Odor Control In The Restroom
BY Sandra Gahlinger
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There are two types of odor problems that plague restrooms: ongoing and temporary. Cleaning managers need to address reasons contributing to each. Consider implementing cleaning programs, systems and tools that successfully combat restroom odors, as well as frequency and type of cleaning.
Culprits And Causes
The top complaint for ongoing restroom odor issues is urine. Julie Kanthak, manager of environmental services at St. Anne Mercy Hospital in Toledo, Ohio, says that urine saturation in the tile grout, especially in the men’s restroom, causes the most problems.
To address this issue, she has successfully implemented some solutions. Her cleaning department has benefited from the use of a no-touch restroom cleaning machine and odor-eliminating products.
“We do cyclical cleaning about once a quarter with the equipment,” Kanthak says. “We also use urinal pads in front of urinals, as well as a deodorizer that works with air flow from the door.”
Dave Sepich, owner of Springtime Janitorial Supply, in Carlsbad, N.M., has an alternative solution.
“To solve a long-term existing urine odor problem, especially around urinals, you need to use an enzyme product that contains ‘urease’ enzyme bacteria,” he says. “This product eats the urine and odor-causing bacteria while leaving water as the by-product.”
In severe applications, he recommends applying it very wet to the area, then cover it with old rags to keep the solutions from evaporating. Leave the saturated rags there over night to allow the enzyme to work. Then remove them the next morning and damp mop the area.
Another cause of ongoing odor problems are floor drains. When the drains dry out, sewer gases escape into the restroom causing unpleasant lingering odors. Luckily, there is a simple and easy way to prevent this.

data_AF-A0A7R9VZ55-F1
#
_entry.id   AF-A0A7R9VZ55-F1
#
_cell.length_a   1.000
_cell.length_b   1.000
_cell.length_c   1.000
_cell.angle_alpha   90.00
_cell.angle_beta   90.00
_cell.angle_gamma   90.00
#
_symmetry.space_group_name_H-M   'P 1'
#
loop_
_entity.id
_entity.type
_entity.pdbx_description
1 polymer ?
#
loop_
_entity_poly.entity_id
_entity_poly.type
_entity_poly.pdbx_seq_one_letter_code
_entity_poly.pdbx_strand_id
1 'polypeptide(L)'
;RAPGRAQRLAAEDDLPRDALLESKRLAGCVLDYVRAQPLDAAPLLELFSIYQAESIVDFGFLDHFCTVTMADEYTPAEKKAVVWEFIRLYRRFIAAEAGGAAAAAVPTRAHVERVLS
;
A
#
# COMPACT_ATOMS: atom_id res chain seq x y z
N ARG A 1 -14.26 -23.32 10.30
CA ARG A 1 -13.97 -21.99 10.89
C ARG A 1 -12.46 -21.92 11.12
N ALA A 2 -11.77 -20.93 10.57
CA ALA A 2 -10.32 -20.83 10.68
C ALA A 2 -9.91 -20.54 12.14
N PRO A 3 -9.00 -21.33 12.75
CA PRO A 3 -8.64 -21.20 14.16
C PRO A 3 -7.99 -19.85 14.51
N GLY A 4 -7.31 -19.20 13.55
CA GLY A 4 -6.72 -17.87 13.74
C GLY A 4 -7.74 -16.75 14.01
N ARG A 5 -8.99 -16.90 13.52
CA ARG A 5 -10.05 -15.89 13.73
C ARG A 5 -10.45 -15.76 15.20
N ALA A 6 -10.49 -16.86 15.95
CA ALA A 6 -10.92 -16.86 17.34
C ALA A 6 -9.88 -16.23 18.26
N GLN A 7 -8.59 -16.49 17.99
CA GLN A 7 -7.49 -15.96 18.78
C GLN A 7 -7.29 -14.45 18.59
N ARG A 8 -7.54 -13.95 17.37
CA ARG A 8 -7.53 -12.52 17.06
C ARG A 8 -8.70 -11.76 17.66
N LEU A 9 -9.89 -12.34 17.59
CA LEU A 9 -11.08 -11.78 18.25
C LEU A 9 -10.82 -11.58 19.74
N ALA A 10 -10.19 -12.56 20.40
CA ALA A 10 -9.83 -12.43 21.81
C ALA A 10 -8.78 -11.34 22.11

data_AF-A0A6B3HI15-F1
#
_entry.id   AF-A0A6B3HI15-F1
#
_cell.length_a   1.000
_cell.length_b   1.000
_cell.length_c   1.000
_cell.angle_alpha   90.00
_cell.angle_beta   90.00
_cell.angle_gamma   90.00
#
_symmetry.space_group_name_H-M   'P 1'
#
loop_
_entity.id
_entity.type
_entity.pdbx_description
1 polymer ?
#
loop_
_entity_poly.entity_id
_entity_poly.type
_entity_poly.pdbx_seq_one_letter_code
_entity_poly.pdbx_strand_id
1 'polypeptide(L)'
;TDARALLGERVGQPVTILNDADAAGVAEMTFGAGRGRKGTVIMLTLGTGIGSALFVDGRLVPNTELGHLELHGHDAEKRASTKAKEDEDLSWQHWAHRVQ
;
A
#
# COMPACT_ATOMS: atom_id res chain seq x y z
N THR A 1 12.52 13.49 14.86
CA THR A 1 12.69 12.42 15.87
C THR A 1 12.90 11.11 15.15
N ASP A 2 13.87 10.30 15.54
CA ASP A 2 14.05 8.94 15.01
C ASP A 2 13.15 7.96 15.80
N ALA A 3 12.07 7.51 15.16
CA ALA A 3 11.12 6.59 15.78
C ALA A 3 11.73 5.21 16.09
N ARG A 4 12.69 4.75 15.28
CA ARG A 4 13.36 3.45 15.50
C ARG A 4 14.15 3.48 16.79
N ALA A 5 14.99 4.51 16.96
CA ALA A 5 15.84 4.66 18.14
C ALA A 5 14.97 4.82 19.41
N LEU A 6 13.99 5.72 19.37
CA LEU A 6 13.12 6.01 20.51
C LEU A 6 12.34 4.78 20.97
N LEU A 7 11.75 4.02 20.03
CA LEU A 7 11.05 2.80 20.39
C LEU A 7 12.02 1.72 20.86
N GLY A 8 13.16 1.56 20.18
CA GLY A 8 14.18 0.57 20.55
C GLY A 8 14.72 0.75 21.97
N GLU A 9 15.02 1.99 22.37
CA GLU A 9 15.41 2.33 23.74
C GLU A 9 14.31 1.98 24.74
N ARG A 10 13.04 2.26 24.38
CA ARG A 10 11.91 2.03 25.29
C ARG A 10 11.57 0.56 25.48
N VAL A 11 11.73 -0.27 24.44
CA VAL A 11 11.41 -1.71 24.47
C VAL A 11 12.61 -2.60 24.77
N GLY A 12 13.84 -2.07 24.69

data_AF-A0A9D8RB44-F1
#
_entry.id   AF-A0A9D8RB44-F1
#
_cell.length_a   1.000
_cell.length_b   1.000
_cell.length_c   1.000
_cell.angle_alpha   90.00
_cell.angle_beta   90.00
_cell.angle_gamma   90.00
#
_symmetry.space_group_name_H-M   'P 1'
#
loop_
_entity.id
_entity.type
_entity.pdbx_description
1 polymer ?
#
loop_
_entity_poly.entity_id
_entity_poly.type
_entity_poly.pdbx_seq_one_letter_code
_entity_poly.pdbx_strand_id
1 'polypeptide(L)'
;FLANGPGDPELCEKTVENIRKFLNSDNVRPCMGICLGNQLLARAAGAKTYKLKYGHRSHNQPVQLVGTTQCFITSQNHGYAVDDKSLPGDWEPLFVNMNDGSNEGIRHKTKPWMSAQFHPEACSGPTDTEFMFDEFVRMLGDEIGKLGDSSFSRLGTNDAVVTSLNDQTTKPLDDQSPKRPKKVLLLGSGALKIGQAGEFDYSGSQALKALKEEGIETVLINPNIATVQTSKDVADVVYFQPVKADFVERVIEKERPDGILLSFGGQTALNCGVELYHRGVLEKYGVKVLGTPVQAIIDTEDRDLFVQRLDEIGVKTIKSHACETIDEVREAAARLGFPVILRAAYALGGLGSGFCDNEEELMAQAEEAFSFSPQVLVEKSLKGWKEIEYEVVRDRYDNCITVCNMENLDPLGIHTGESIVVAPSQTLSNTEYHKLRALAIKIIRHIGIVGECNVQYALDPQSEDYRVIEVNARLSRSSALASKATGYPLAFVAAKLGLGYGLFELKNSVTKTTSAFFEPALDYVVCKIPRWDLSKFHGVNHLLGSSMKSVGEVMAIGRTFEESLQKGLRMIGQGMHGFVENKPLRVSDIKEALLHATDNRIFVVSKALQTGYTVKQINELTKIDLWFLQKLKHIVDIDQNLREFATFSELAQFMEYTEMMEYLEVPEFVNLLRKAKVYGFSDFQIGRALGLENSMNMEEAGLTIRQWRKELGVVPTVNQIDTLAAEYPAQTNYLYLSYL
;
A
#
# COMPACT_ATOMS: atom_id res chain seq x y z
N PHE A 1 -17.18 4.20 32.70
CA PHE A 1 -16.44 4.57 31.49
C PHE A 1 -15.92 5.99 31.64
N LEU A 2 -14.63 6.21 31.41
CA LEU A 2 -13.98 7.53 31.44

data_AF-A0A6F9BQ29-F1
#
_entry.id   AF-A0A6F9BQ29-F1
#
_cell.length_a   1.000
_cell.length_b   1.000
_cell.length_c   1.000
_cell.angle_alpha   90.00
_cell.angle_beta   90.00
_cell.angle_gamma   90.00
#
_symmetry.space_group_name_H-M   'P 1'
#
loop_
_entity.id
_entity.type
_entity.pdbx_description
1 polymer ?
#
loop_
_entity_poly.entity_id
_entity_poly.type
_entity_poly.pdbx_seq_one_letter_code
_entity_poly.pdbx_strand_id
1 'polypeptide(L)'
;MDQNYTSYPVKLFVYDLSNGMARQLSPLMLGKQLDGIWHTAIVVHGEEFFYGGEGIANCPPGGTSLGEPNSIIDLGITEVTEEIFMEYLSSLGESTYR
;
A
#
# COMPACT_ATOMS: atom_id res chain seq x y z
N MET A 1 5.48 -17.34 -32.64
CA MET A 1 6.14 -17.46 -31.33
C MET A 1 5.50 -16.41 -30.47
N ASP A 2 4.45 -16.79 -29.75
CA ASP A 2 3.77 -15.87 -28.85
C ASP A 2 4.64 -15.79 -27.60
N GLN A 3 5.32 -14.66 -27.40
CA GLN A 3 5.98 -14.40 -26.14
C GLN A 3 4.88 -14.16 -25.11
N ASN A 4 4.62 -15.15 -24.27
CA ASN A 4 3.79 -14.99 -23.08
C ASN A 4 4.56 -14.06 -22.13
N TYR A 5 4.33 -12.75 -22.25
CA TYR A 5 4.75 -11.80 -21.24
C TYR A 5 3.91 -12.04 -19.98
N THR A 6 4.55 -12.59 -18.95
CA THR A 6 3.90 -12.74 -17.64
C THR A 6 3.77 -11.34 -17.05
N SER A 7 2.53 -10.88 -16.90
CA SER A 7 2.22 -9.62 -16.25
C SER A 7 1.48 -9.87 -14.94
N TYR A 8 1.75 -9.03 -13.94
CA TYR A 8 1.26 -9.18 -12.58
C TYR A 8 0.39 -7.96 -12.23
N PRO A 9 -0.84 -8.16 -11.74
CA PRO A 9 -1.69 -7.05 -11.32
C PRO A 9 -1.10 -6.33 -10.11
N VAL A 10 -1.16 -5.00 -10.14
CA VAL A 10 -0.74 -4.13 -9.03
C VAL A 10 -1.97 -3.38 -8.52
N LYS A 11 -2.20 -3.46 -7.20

“When mopping the restroom floor, use a disinfectant cleaner,” says Sepich. “When you are near a floor drain, just take the mop out of the bucket without ringing it out, place it over the drain and step on it a couple of times to flush liquid into the drain. If you do this daily, the drain will not dry out and the disinfectant will kill the bacteria that can grow in the drain.”
In addition to drains, mops themselves can be the cause of lingering odors if not properly treated.
“After one bathroom, the mop head goes in the dirty rag bin, and we take them away once a shift for laundering,” says Linda Lindberg, executive housekeeper at Summit Hotel in Big Sky, Mont. If not maintained properly with disinfectant and washing, mop heads stored in restroom closets can be a source of sour smells.
Experts comment that most temporary odor problems are caused by people and waste receptacles. Time released air sprays and deodorizers work well for both, but Sepich adds, “It helps to spray some disinfectant in the waste basket while you are changing the liners.”
Staff should also make a habit of always checking the bottom of waste receptacles for leaks or trash that might have missed the bag. Excess trash and liquids can leave lingering smells in restrooms. This is one small step that might be ignored or glossed over if not emphasized in training.
Sniffing Out Solutions
Once identified, the key to managing and eliminating restroom odors starts with appropriate product selection. Managers must then complement those products with an effective training regimen covering restroom cleaning procedures.